Monthly Archives: December 2008

Richard Waters

mobile-texting.jpgGiven the explosion of creativity that is underway in mobile applications, and the speed with which new mobile fads can take hold, it doesn’t make sense for legislators to regulate very specific types of behaviour. But that hasn’t stopped them trying.

Take California’s ban on texting while driving, which takes effect with the arrival of the new year. 

Tim Bradshaw

The internet community has derided proposals by Andy Burnham, the culture secretary, to introduce age ratings for websites – with one blogger “kidnapping” the MP’s online identity in protest.

Mike Butcher, who blogs about technology and start-up businesses at Techcrunch, has claimed the username “andyburnham” at Twitter, the short-form blogging service, in an attempt to educate him about some “essential truths” of the internet. 

Richard Waters

wal-mart.jpgCompetition in smartphones will be intense next year, now that the giants of the business have finally recovered from the shock of being outpaced by Apple and responded with iPhone-wannabes of their own. So how can Apple capitalise on its 18-month head-start?

Part of the answer lies in today’s confirmation that Wal-Mart will start selling the iPhone this weekend. To go mass-market with the device in 2009 Apple needs much wider distribution, and they don’t come with any wider reach than Wal-Mart. Gene Munster of Piper Jaffray, an iPhone bull, is anticipating sales of 45m units next year, up from 15.7m in 2008: by winning over Wal-Mart, Apple has moved a big step closer to that number. 

Chris Nuttall

Sackboy SantaThe usual rattle of gunfire and thunder of explosions in our living room has been replaced this Christmas by the even more frightening sounds of prolonged wailing and crashing mis-plucked guitar chords.

Yes, in looking back at this season’s best video games, and playing them, music seems to have been a big winner. 

Chris Nuttall

Shetland TimesWhere’s the “link love” this Christmas? Days after the Huffington Post was accused of unfairly copying content, the New York Times has been sued by GateHouse Media for copyright infringement.

GateHouse, owner of 125 local newspapers, alleges that a web site of the NYT’s Boston Globe subsidiary has been posting headlines and news content online from Gatehouse’s local Massachusetts news.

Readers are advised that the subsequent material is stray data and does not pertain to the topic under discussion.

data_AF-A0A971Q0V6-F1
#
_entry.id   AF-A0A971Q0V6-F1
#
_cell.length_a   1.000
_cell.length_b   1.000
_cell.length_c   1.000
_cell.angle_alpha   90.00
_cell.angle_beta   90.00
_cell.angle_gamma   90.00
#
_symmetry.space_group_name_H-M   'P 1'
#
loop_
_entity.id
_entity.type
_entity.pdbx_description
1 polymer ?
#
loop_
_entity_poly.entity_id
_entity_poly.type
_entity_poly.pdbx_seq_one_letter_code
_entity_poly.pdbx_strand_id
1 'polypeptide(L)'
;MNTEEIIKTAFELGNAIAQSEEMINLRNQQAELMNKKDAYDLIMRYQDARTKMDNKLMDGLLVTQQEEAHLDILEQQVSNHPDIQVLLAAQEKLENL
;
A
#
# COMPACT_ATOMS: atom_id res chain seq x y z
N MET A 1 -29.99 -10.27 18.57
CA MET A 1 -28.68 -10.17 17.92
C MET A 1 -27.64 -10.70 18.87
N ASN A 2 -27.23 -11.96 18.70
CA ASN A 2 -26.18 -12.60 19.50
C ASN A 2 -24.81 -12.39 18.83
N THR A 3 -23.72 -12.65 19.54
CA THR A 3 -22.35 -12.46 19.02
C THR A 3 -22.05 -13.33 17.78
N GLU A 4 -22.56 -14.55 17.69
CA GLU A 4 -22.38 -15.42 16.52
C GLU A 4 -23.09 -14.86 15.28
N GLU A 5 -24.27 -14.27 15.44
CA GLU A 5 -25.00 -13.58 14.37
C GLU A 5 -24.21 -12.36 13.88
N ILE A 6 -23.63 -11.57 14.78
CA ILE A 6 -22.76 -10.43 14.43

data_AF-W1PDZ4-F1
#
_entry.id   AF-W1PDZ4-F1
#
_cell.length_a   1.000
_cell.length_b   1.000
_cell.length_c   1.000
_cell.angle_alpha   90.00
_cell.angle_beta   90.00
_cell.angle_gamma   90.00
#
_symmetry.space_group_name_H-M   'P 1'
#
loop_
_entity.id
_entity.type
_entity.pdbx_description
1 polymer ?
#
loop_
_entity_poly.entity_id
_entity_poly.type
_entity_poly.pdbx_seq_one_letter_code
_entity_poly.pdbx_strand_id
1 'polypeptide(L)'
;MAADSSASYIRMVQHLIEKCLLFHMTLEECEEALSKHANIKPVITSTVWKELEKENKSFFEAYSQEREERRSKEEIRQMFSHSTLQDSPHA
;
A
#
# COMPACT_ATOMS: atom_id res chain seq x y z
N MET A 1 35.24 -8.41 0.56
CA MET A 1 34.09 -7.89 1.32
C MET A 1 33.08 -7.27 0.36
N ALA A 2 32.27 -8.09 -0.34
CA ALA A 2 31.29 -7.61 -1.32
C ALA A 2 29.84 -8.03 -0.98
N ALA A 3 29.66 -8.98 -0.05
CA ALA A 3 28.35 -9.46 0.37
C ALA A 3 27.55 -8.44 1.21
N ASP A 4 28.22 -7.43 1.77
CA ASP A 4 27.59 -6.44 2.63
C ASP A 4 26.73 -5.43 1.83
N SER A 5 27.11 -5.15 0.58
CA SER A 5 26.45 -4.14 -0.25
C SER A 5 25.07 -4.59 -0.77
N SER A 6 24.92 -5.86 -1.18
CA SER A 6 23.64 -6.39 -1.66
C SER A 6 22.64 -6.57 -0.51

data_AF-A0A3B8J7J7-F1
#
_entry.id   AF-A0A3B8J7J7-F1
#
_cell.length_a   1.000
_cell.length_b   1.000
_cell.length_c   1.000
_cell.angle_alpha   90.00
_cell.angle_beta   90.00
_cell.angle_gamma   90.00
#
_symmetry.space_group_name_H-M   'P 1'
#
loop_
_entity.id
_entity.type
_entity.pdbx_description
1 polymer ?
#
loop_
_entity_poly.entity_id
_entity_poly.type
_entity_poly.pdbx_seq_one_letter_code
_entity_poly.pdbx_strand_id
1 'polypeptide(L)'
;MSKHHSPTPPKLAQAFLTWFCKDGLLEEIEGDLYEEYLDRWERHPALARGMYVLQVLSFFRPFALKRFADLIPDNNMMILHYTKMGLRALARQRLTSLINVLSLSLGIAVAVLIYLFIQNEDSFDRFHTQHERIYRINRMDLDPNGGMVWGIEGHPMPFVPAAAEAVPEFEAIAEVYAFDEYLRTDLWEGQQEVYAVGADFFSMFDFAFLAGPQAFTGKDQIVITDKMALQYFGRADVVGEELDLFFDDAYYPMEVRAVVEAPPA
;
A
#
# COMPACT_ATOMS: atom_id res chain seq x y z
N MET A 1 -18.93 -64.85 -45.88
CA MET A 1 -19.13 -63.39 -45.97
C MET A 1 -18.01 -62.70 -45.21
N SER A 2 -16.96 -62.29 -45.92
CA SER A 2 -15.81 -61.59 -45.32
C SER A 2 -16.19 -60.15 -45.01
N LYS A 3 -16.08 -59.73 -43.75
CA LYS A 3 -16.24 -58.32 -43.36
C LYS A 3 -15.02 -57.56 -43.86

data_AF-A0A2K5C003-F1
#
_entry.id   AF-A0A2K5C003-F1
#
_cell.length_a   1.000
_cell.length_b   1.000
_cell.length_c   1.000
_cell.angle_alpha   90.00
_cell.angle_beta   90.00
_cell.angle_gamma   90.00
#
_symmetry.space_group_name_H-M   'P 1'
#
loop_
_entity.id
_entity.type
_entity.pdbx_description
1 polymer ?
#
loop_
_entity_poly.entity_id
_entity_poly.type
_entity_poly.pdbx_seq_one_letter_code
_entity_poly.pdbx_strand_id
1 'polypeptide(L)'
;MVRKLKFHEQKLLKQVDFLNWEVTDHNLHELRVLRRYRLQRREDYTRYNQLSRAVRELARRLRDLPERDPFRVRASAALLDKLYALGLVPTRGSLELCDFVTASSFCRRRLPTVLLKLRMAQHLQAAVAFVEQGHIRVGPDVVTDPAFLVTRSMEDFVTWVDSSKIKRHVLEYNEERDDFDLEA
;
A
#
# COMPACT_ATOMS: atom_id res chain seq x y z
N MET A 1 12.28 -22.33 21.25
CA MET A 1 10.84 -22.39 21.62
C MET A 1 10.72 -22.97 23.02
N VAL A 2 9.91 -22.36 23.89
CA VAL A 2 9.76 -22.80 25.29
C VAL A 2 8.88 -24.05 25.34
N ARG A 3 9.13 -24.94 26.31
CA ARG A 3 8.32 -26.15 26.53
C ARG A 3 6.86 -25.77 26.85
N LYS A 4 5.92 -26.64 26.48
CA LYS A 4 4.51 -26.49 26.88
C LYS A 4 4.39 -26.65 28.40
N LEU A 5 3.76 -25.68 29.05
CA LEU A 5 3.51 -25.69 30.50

Chris Nuttall

Red vs. BlueRed vs. Blue, the satirical take on the Halo video game,  popularised the art of machinima as well as providing lots of laughs.

Now a collaboration between a machinima site and top Hollywood comedy writers promises a fresh injection of humour and professionalism into a medium often made monotonous by endless amateur Halo soap operas. 

David Gelles

Cash-hungry startups beware. 2009 will likely be a terrible year for raising needed capital.

A new survey by the National Venture Capital Association paints a grim picture of probable investments next year. Ninety-two per cent of respondents predict a slowdown in US investments compared to 2008, and 61 per cent say the dip will be severe. 

Chris Nuttall

GTA IVVideo game software sales are up 30 per cent this year in the US, but the rising tide is not floating all boats – most publishers appear to be holed below the waterline.

Take-Two, publisher of the Grand Theft Auto series, is the latest harbinger of bad news. For its first quarter, covering the peak sales months of November, December and January, it is forecasting a loss of 70 to 85 cents per share on revenues of $175m to $225m. 

Richard Waters

Eight days after a critical security flaw in Internet Explorer was publicised on a Chinese website, Microsoft is still working on trying to fix the world’s most widely used internet browser – and the bad guys are having a field day.

When news of the vulnerability was still only three days old, according to Microsoft’s researchers, there was already a spate of malware written to take advantage of it: 

Richard Waters

jobsmacworld.jpgApparently so. With exactly three weeks to go before the most important showcase event of the year for the world’s most important consumer technology company, Jobs has pulled out (full report here.)

Apple’s explanation is that it no longer needs tradeshows like this (Macworld has been run by IDG) and that special one-off launch events have become a better way to get attention for its new products. Certainly, analyst Michael Gartenberg agrees